What medicine is safe for pregnant women

During the 9 months of pregnancy the woman should be extremely careful about her overall medical condition because every virus can cause unexpected damage to herself or her unborn baby. Since pregnancy is a very delicate state, we can say that no drug is 100 percent safe for all women. Know when to call the doctor: A woman should call her obstetrician if she develops a temperature over 100 degrees Fahrenheit.
There are some natural, hence totally safe ways to relieve cough and cold discomforts with no need to use cough medicine for pregnant women.
Gargling is a good way to relieve a sore throat and constant coughing Gargling with warm water with some rock salt added to it is an excellent natural treatment for cough or congestion in the throat.
These medicines loosen thick mucus, thus making it easier to get out of the chest and clear the respiratory tract. Those medicines block the body’s reaction to allergies or other outside agents which might cause coughing.
Find Out What Medications Are Safe And Unsafe During Pregnancy, Including A List Of Alternative Treatments To Treat Common Pregnancy Ailments. Elizabeth Weiss McGolerickA word of caution: Always check with your obstetrician before taking any medication, embarking on exercise routines or getting massage, acupuncture or chiropractic treatment while pregnant.
Pain relievers during pregnancyAspirin, ibuprofen and naproxen, found in OTC medications like Excedrin Migraine, Aleve, Advil and Motrin, are common drugs that pregnant women simply cannot take, says Rebecca Kolp, associate director of gynecology at Massachusetts General Hospital.
Alternative methods to manage pain during pregnancyThere are natural ways to diminish pain.

For other pains, Raupp suggests hot compresses rubbing comfrey oil on the area that is bothering you.
Tanese suggests pregnant women look for a chiropractor with specialized training in pregnancy care and experience caring for pregnant patents.
Alternative methods during pregnancyFor constipation, Raupp recommends a daily cup of dandelion root tea or a mug of hot water with juice from a lemon. Cold medicines while pregnantThere’s nothing worse than having a cold while pregnant but over-the-counter (OTC) cold, cough or flu remedies are off-limits to pregnant women. Don’t confuse a cold with nasal congestion, something quite common among pregnant moms due to an increase of mucous membranes. Alternative methods for cold relief during pregnancyIf you do have the sniffles, “Use a Neti Pot to clear up nasal congestion, flush bacteria from your sinuses and nix a post-nasal drip or sore throat,” says Raupp.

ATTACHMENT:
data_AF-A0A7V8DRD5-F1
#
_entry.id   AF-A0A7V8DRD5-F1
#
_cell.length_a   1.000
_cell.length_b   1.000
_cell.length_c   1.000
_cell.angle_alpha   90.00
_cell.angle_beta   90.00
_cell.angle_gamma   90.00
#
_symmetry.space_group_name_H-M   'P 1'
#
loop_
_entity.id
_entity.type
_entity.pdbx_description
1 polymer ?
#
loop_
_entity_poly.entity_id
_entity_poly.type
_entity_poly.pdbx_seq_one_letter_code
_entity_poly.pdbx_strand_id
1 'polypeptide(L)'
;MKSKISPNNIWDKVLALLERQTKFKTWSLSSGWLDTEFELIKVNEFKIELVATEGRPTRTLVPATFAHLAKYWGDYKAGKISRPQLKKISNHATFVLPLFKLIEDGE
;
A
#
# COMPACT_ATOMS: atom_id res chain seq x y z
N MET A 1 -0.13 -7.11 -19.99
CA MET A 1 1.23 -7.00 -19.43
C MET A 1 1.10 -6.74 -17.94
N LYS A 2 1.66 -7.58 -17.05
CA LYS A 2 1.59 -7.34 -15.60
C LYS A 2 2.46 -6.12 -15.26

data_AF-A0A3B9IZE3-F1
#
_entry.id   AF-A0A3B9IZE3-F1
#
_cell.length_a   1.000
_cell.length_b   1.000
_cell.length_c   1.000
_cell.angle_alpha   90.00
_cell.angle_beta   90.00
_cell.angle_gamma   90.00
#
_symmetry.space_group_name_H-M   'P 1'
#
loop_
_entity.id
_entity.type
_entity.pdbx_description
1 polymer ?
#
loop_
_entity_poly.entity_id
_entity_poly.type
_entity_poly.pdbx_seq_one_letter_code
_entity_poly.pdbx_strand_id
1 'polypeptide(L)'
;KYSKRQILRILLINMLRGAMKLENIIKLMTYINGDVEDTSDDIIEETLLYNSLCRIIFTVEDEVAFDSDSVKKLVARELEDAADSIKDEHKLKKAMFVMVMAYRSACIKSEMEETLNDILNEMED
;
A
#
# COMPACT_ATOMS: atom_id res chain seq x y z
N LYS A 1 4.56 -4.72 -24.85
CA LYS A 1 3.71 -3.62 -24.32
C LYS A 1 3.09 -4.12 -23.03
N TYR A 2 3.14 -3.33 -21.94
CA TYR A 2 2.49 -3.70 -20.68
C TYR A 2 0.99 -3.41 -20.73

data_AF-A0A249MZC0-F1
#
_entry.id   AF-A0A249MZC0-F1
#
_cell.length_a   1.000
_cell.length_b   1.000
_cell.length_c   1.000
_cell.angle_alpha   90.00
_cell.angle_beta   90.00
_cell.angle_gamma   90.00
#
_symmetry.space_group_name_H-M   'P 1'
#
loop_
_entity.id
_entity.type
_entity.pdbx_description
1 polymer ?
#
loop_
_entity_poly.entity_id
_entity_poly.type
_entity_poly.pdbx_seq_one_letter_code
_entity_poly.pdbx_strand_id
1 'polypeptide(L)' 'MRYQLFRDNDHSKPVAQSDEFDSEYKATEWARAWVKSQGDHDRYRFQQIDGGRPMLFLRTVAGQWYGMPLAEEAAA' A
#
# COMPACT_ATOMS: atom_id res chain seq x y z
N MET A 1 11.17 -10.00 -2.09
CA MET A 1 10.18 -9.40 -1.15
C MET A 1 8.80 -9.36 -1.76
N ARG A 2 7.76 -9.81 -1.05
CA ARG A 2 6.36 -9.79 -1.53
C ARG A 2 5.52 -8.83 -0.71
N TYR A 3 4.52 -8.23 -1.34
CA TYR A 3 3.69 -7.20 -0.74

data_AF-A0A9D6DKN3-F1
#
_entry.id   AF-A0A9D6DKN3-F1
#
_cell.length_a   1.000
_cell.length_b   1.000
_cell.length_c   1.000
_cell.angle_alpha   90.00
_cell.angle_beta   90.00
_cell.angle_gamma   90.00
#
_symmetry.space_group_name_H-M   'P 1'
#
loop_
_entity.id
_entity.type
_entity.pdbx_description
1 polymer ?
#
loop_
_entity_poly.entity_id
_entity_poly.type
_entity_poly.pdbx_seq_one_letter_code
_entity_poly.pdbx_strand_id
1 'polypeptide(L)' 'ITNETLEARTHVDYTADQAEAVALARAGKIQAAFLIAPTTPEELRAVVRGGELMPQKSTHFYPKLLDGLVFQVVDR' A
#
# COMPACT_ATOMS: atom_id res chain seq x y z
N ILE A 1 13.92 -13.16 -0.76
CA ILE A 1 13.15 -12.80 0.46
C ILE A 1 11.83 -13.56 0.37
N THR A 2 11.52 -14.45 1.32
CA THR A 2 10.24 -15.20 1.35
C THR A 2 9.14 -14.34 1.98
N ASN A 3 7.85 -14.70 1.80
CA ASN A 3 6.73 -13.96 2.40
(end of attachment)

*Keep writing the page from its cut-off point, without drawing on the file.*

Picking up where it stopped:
Nicotine patches and gum during pregnancyIf you’re a smoker, kick the habit before even becoming pregnant. Herbal remedies during pregnancyMany herbal and natural remedies are safe during pregnancy, but many are dangerous.
Recommended for any physical condition, this precious liquid has even greater benefits in the delicate state of pregnancy. Cough medicines for example alleviate the pain but may contain some ingredients which can be potentially harmful for the unborn baby.
Dextromethorphan proves to be quite an effective cough depressant and is safe for pregnant women.

According to American Family Physician, antihistamines most prescribed for pregnant women include chlorpheniramine, diphenhydramine, and clemastine fumarate. Chinese herbalist and natural wellness specialist Aimee Raupp recommends rubbing peppermint oil on your temples and applying a cold compress on your forehead if you’re experiencing a migraine. She also suggests a probiotic supplement daily for regular bowel movements and almond milk for heartburn. Products like Nicorette gum and Nicoderm patches are not generally recommended during pregnancy because they come with their own risks because they still contain nicotine which is harmful to your baby. Raupp advises pregnant women to avoid herbs that affect hormone levels and induce uterine contractions: borage, dong quai, licorice, cohosh, mistletoe, myrrh, sage, turmeric and vitex. It’s natural to turn to the medicine cabinet at the first sign of a headache, indigestion or sniffle. The Food and Drugs Association categorizes pseudoephedrine as a group C drug which means that it should be taken only if its beneficial effects are greater than the potential risks for the unborn. But when you’re pregnant, you have to think twice about using over-the-counter (OTC) medication.
Here are some of the most common drugs pregnant women must avoid and alternative methods of treatment.

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